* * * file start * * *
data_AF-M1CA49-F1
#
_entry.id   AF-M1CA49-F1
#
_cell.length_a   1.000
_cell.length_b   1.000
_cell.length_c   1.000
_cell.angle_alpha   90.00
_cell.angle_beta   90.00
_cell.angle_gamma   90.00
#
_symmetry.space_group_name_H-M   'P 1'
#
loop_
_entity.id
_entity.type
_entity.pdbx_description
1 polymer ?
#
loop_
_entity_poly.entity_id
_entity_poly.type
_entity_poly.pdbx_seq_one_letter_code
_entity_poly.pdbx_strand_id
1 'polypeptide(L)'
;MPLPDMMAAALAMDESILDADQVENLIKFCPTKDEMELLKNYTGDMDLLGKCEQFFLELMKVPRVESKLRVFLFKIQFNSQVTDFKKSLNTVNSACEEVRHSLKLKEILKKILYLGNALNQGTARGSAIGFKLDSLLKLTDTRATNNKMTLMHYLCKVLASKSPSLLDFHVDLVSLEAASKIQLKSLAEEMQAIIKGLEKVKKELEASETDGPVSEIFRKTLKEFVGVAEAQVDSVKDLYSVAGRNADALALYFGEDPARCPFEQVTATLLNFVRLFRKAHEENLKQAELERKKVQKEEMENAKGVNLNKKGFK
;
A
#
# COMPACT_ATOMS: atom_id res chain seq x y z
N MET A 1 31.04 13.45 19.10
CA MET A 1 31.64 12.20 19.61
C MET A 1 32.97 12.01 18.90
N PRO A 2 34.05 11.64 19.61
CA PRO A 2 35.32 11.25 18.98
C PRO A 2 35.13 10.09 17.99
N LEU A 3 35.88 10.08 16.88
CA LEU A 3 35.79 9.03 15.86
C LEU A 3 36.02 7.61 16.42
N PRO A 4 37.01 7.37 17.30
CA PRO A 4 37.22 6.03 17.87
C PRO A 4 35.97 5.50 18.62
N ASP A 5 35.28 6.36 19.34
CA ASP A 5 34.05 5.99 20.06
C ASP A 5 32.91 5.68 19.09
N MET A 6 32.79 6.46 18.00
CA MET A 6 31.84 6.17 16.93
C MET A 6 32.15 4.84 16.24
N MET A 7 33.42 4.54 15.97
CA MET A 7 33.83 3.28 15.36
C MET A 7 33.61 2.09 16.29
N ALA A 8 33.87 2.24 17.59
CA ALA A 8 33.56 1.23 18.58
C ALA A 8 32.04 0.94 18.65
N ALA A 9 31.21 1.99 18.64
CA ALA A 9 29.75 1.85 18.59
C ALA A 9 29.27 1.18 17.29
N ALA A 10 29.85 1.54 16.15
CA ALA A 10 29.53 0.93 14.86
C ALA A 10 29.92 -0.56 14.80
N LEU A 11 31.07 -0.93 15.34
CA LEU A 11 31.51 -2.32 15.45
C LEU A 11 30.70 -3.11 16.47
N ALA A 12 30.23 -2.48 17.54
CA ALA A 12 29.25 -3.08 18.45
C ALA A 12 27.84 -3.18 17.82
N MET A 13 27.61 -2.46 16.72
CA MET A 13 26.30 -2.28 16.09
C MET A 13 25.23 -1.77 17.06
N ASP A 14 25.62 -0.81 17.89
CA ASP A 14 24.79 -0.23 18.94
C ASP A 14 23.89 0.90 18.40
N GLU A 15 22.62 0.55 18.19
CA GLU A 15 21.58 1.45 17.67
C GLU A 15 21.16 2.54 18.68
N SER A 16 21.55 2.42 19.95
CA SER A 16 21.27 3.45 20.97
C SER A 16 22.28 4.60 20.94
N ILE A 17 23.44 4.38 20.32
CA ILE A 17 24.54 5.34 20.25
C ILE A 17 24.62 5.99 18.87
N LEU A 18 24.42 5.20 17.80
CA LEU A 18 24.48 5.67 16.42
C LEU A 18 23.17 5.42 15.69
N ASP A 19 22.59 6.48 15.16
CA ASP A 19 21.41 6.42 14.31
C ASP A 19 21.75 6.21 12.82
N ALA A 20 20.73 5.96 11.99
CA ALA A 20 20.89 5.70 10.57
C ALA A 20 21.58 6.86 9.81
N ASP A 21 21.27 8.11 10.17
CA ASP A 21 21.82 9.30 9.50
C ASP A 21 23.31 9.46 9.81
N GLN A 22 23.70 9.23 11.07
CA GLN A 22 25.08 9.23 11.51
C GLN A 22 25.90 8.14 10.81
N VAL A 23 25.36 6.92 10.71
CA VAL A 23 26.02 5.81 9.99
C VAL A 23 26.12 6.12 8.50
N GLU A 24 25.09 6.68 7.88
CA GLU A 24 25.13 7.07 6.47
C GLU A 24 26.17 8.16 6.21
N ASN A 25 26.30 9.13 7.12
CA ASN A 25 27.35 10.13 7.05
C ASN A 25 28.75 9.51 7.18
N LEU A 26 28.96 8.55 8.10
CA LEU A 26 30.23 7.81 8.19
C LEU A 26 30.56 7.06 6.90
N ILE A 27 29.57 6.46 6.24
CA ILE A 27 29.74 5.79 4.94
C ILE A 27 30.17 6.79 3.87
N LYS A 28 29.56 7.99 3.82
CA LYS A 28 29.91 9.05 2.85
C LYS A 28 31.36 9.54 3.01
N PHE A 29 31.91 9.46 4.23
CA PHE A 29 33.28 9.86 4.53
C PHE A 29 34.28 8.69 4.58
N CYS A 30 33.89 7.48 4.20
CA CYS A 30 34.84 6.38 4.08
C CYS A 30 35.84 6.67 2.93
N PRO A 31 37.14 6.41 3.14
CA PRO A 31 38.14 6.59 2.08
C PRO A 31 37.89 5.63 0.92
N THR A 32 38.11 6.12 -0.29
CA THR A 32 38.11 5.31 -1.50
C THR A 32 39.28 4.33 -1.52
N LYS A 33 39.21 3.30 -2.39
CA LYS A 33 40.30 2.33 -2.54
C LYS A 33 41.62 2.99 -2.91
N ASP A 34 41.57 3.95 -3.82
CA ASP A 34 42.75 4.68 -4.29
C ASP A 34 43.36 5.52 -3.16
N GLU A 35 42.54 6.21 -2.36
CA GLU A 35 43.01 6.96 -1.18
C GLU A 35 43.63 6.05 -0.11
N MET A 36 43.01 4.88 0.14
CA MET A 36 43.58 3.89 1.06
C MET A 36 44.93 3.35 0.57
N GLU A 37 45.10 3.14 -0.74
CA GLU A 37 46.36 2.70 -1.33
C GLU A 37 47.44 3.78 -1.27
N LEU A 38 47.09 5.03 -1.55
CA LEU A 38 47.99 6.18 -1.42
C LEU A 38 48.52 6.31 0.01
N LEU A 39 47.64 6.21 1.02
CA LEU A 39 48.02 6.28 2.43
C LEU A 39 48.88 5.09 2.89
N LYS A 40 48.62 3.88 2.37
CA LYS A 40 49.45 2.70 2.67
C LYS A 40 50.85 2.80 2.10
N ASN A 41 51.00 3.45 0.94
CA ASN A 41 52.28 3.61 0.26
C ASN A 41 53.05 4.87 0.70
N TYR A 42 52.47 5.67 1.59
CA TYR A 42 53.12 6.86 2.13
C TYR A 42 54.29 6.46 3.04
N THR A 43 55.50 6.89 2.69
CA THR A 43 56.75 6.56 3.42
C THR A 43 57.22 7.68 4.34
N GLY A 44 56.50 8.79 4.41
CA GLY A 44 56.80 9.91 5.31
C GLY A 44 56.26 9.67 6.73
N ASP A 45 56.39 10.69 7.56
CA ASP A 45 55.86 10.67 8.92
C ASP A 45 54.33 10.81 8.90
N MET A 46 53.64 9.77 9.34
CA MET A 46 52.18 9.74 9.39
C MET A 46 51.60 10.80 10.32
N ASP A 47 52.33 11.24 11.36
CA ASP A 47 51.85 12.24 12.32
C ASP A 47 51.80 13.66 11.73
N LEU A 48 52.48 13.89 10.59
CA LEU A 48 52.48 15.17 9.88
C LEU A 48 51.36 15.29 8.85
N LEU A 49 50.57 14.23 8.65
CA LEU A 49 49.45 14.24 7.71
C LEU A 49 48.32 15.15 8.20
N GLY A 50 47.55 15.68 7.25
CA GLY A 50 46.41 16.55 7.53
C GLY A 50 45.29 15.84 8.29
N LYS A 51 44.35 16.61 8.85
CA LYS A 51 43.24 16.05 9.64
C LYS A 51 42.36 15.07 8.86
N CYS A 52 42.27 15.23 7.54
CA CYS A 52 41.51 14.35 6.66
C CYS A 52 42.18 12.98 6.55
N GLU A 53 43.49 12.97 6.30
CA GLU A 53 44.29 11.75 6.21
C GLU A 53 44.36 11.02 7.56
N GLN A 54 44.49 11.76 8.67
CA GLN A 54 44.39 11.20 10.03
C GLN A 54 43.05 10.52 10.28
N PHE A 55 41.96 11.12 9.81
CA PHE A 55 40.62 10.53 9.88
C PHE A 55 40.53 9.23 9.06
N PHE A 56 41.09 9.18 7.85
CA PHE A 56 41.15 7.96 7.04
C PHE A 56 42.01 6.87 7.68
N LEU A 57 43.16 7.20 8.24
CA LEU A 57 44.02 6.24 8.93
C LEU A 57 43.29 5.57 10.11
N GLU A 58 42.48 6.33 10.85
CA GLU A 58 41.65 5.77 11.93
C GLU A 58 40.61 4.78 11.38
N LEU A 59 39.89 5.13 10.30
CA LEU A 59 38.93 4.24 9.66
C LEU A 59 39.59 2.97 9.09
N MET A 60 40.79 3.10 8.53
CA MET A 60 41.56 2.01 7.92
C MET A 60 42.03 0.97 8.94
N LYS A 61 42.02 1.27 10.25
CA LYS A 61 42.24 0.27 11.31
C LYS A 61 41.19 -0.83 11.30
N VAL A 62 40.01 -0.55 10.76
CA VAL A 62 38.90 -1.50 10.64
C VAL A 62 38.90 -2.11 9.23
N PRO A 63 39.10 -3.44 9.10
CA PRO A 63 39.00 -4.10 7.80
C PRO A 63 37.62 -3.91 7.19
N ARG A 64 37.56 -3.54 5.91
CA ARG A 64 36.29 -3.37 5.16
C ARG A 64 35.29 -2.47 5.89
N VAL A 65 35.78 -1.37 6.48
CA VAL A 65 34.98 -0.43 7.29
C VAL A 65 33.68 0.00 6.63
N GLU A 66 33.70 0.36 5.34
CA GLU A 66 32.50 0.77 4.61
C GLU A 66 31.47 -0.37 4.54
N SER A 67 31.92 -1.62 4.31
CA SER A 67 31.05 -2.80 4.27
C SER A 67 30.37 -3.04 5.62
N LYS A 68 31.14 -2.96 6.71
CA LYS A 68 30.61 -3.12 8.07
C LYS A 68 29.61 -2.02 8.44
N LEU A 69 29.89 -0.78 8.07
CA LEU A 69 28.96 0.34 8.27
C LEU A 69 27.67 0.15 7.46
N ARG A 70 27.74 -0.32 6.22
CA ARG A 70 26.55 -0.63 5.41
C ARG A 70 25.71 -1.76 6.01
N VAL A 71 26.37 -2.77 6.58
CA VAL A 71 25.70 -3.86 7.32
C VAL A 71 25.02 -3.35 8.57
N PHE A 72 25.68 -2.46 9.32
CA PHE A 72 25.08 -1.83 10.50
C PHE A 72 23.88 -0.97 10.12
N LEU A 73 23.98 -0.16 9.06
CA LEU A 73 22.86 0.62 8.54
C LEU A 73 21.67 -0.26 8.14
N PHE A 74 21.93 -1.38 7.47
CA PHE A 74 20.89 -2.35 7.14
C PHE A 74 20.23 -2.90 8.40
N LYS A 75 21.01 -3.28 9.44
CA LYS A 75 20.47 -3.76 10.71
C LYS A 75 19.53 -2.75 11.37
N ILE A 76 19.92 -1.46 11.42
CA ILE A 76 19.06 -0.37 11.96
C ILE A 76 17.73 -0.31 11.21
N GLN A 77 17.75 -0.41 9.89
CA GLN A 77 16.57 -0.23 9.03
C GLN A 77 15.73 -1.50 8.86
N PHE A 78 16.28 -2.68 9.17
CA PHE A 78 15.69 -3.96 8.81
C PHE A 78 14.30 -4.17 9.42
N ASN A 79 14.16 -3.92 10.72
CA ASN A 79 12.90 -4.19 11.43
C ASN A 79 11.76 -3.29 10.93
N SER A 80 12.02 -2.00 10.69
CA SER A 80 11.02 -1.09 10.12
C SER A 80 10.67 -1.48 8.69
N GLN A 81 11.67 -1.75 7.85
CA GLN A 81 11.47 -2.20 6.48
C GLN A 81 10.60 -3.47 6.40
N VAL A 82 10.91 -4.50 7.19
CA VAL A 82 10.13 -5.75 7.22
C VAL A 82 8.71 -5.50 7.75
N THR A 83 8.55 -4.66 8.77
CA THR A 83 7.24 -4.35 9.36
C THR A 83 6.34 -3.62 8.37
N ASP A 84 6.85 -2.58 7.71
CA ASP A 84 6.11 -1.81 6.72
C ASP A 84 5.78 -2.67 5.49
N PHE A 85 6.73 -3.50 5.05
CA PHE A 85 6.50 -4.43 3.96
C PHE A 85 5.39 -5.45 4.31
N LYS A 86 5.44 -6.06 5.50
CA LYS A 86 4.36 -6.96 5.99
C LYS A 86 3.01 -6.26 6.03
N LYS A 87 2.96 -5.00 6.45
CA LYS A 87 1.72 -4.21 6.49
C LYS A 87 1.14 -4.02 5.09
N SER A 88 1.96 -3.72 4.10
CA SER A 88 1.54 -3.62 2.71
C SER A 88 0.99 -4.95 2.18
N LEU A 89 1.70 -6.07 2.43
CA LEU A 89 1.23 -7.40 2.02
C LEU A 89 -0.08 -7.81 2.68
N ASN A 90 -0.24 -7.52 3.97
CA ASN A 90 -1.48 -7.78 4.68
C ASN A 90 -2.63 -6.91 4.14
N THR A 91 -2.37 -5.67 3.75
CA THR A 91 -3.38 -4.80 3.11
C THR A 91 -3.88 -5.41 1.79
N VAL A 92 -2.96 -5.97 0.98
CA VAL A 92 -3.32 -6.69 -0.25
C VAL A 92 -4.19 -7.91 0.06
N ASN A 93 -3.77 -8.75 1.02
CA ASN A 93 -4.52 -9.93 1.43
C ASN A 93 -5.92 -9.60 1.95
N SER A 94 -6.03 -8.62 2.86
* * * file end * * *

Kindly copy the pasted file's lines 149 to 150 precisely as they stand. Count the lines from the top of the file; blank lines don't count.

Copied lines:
CA LYS A 40 49.45 2.70 2.67
C LYS A 40 50.85 2.80 2.10